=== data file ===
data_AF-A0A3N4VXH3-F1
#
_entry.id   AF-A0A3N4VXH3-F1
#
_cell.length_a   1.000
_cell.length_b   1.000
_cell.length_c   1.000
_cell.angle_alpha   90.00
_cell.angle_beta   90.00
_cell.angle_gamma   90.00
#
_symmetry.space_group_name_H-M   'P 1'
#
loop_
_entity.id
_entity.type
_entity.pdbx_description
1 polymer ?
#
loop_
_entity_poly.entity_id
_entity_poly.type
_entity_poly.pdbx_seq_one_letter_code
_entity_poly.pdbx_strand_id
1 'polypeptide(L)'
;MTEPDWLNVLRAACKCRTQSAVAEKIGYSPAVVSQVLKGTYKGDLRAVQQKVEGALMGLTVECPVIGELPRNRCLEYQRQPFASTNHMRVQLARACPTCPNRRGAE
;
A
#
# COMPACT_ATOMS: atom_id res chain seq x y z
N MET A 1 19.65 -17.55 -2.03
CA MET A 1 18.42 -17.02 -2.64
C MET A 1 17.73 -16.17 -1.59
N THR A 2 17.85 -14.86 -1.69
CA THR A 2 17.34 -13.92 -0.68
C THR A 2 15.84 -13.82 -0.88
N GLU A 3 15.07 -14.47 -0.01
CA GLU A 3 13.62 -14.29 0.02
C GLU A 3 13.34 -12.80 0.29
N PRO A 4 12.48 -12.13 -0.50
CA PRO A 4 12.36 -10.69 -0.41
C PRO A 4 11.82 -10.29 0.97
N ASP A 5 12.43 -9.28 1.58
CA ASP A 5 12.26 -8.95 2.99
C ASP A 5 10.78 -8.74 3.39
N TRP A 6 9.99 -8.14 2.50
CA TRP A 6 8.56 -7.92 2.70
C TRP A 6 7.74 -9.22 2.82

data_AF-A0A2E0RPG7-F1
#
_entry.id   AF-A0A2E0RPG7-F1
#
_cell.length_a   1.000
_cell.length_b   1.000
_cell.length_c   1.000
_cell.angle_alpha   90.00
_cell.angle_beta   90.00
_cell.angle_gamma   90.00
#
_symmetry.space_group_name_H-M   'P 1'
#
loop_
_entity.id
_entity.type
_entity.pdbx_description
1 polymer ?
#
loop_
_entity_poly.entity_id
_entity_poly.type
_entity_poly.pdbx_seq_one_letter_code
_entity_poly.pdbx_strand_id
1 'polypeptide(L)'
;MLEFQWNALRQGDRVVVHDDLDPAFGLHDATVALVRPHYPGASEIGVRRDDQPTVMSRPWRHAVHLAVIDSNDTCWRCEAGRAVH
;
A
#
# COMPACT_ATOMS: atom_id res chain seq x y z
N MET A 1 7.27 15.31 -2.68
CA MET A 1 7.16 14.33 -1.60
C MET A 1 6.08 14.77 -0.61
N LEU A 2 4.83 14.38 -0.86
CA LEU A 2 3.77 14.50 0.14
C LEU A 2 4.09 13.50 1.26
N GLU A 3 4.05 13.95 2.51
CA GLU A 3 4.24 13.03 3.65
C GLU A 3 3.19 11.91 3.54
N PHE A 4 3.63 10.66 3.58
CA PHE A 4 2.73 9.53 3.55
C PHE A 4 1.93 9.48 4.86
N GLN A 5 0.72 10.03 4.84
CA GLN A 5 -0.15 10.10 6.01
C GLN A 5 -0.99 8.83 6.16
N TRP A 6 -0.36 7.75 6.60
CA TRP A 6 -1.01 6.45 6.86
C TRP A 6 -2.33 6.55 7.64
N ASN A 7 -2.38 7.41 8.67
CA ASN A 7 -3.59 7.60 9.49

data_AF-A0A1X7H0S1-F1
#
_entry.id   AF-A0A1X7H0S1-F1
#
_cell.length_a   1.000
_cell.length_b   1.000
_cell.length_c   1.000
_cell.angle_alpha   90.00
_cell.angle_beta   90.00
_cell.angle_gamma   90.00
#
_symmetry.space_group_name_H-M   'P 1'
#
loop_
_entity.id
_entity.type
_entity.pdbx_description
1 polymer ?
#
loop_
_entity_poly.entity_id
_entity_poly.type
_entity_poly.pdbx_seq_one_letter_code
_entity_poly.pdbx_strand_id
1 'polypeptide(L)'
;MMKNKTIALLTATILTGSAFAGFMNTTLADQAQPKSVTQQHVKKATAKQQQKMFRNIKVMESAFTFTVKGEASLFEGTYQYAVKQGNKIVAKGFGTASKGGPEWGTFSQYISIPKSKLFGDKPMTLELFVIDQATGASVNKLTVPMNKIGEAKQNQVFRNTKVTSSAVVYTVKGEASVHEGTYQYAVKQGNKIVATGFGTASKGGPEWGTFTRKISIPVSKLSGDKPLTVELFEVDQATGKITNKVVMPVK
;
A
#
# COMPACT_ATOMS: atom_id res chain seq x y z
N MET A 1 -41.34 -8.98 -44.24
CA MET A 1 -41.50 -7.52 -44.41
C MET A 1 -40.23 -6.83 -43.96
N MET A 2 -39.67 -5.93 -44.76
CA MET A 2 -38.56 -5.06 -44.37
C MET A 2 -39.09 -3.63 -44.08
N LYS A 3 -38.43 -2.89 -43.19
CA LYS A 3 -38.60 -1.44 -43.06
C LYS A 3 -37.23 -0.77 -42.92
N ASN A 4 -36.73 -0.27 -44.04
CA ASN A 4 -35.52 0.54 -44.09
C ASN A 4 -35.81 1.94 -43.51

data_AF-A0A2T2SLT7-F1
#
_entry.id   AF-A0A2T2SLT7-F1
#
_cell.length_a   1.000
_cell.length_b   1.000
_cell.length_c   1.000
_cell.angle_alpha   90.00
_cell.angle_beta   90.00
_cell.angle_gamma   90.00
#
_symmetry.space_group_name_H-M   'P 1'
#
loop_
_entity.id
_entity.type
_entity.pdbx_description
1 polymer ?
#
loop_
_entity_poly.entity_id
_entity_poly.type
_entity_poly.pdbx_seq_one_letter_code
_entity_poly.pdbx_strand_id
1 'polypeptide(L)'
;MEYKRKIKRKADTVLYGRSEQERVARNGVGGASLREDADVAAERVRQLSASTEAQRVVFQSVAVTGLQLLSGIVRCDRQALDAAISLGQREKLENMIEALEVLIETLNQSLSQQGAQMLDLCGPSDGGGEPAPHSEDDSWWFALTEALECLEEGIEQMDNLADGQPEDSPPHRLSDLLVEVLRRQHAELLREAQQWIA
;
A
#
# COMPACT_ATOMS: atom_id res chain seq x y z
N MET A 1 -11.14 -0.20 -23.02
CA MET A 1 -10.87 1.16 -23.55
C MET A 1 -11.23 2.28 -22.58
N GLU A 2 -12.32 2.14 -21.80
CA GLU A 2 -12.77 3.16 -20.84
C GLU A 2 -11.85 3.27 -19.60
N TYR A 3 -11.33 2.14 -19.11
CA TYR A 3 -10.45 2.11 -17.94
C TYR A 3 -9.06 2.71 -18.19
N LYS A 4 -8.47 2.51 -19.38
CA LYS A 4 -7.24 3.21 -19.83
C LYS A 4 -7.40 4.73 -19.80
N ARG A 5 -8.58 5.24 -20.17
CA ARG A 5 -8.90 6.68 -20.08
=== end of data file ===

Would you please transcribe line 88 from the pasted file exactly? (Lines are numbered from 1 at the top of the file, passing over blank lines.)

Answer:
N PHE A 4 3.63 10.66 3.58